Thursday, July 31, 2014 · 5:38 p.m.

"Seed Pod" sculpture blooms at night with solar energy

Art in Renaissance Park is Chattanooga's first solar-powered public art installation

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“Seed Pod,” Chattanooga's first solar-powered sculpture, will be on exhibit for 18 months in Renaissance Park. The sculpture was created by Birmingham, Ala., artist Deedee Morrison and is part of Public Art Chattanooga's 2012 Biennial Sculpture Exhibition. (Photo: Staff)

A new solar-powered sculpture installed Wednesday near the wetlands in Renaissance Park artistically demonstrates how solar power works by illuminating laser-cut sheets of metal designed to replicate a seed pod coming out of a dormant state to form new life.

Alabama artist Deedee Morrison created the 8-by-12 work of art with inspiration from organic forms, particularly the drawings of Ernst Haeckel, a contemporary of Charles Darwin who was also an artist, biologist, naturalist, philosopher, physician and professor who discovered, described, named and illustrated thousands of new species.

"I try to find things that I can mimic in nature and recreate as art," Morrison said.

How it works

The Solartech 125W solar panel's sole function is to convert sunlight into usable energy and transfer that energy through the charge controller to the battery bank.

The charge controller scales down the energy produced to the 12 volts needed to charge the batteries. The batteries store the energy to be used until needed.

The two 92AH batteries run the 12 LED floodlights for about 14 hours continuously before needing a recharge.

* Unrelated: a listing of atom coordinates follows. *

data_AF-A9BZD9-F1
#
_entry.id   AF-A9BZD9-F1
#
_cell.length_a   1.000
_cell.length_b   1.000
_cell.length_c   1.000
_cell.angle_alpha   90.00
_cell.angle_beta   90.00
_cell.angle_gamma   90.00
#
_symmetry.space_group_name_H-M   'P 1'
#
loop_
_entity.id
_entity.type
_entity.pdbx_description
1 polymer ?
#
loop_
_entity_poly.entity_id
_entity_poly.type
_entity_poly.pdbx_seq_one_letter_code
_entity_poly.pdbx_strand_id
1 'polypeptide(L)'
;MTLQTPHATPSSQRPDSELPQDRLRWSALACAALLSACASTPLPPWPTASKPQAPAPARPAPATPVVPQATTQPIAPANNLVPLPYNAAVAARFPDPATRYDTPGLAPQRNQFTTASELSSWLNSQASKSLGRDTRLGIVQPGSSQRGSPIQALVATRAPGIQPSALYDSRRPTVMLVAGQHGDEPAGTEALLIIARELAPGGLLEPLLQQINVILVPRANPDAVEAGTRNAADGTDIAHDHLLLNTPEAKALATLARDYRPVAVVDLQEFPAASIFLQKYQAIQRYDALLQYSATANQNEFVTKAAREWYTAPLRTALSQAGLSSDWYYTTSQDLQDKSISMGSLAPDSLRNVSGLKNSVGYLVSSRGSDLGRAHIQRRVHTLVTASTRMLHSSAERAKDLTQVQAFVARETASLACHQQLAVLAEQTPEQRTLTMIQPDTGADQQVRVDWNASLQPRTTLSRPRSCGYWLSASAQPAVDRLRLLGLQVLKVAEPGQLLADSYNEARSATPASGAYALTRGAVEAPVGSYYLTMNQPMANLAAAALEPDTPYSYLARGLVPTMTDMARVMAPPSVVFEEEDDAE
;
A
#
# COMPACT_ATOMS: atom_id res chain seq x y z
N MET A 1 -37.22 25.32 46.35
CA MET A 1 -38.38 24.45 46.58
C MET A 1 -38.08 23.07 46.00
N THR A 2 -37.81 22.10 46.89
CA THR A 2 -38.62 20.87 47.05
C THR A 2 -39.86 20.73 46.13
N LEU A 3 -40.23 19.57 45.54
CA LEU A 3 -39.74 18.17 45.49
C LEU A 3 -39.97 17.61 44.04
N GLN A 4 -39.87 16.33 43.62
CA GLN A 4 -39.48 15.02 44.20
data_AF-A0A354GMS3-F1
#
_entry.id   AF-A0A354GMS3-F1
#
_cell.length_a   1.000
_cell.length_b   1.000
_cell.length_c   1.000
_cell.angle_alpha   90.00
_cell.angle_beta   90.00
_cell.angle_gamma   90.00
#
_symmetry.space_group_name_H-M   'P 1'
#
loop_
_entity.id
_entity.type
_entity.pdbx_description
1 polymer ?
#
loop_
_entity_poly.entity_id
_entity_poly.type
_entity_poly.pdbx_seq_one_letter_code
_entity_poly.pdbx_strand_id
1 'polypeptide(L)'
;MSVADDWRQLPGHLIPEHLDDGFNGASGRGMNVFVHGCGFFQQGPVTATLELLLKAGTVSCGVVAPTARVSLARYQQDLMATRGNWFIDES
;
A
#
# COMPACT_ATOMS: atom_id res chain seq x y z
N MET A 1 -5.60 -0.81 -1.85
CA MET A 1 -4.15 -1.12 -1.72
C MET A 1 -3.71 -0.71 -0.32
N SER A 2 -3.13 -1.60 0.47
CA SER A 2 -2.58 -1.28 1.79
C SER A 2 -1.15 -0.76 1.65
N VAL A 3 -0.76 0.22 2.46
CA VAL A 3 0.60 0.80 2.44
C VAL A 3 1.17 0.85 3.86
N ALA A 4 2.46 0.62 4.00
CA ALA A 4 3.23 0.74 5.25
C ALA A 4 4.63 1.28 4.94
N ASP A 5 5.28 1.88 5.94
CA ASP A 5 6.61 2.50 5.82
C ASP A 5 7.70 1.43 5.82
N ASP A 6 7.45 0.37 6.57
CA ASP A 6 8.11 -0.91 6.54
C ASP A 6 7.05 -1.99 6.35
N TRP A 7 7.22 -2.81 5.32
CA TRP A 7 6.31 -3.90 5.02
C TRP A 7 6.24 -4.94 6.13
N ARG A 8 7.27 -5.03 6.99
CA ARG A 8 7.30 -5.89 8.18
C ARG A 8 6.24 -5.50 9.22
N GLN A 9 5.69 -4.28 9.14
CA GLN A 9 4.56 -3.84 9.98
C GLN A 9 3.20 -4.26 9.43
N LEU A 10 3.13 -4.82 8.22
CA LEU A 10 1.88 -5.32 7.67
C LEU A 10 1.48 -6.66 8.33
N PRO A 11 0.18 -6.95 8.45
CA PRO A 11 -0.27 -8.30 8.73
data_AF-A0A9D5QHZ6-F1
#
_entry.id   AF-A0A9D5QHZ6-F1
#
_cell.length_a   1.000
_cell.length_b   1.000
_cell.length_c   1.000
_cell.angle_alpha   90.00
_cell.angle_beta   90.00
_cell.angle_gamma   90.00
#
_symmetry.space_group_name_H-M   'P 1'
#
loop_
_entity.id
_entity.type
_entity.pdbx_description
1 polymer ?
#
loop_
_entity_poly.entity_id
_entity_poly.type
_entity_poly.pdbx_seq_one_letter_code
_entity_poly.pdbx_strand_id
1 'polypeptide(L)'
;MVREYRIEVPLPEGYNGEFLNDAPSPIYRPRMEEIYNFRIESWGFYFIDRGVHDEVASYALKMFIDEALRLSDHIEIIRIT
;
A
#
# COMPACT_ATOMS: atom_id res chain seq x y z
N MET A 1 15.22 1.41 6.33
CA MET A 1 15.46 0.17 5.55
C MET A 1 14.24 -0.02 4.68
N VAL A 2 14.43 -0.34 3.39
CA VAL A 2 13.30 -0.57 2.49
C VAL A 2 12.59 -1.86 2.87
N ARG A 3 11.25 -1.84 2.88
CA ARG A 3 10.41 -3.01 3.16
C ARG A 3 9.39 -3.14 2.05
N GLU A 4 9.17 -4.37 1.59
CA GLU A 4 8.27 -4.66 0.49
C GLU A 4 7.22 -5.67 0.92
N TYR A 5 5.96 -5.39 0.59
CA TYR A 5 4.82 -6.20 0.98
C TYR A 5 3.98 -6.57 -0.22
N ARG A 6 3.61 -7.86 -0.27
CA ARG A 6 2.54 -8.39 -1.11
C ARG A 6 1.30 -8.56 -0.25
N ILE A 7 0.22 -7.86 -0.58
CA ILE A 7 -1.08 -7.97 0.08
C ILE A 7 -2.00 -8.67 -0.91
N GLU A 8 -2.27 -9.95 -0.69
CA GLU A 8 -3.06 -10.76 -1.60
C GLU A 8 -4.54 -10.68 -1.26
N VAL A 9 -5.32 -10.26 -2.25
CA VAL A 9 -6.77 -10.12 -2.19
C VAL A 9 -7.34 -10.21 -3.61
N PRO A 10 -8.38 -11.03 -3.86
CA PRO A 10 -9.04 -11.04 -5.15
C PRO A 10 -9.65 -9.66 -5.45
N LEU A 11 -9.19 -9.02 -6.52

The 12V-DC LED lights only require 10 watts of power each, which when combined only requires about the equivalent power of a single, 110W lightbulb.

An 18-foot solar tower next to the sculpture can store enough energy to light each of the six panels for 14 continuous hours. On a clear, sunny day, three days' worth of sunshine can be captured and stored to power the piece on cloudy days, according to Morrison.

The color scheme of the sculpture when in full "evening bloom" is meant to mirror the vibrant yellow hues of the sun, Morrison said. An after-dark walk around the art reveals reflections of each of the three alternating designs on the curved metal surfaces. 

Creating large-scale works of art out of "masculine" materials such as aluminum, steel and limestone is Morrison's specialty.

"Steel is considered a flat, one-dimensional medium. It is not considered particularly organic because it is not flexible," Morrison said.

Adding nature-inspired designs balances that out.

"The designs in the metal give it a really feminine, delicate component, juxtaposed against the really heavy, very masculine material," she said.

Morrison said the sculpture is also a really beautiful demonstration of the power of the sun and the power of sustainable energy.

Having her work placed in Renaissance Park next to 1.5 acres of wetlands is the perfect place to create opportunities with the public.

"This is really a good setting for the conversation I am trying to create. Hopefully, it will give someone a perspective on why we are here, the origins of life," she said.

Public Art Chattanooga's director, Peggy Townsend, said although Morrison's work was a challenging and complicated installation—being the first solar-powered piece of art in Chattanooga—it also has the potential to be a well-loved piece by the public.

"The park is a beautiful, passive, contemplative place. Her work also lends itself to that. The park is also a sustainable wetlands, so it made a great fit," Townsend said.

"Solar sculptures in the right environment are extremely effective ways to demonstrate how solar energy works and can become an icon of sustainability for a city. The sculpture will be a wonderful addition to Renaissance Park," Morrison said.

“Seed Pod” will be on exhibit for 18 months as part of Public Art Chattanooga's 2012 Biennial Sculpture Exhibition.

Updated @ 3:35 p.m. on 02/16/12 to correct a misspelling.

Detail of Deedee Morrison's solar-powered "Seed Pod" sculpture recently installed in Renaissance Park. (Photo: Staff)
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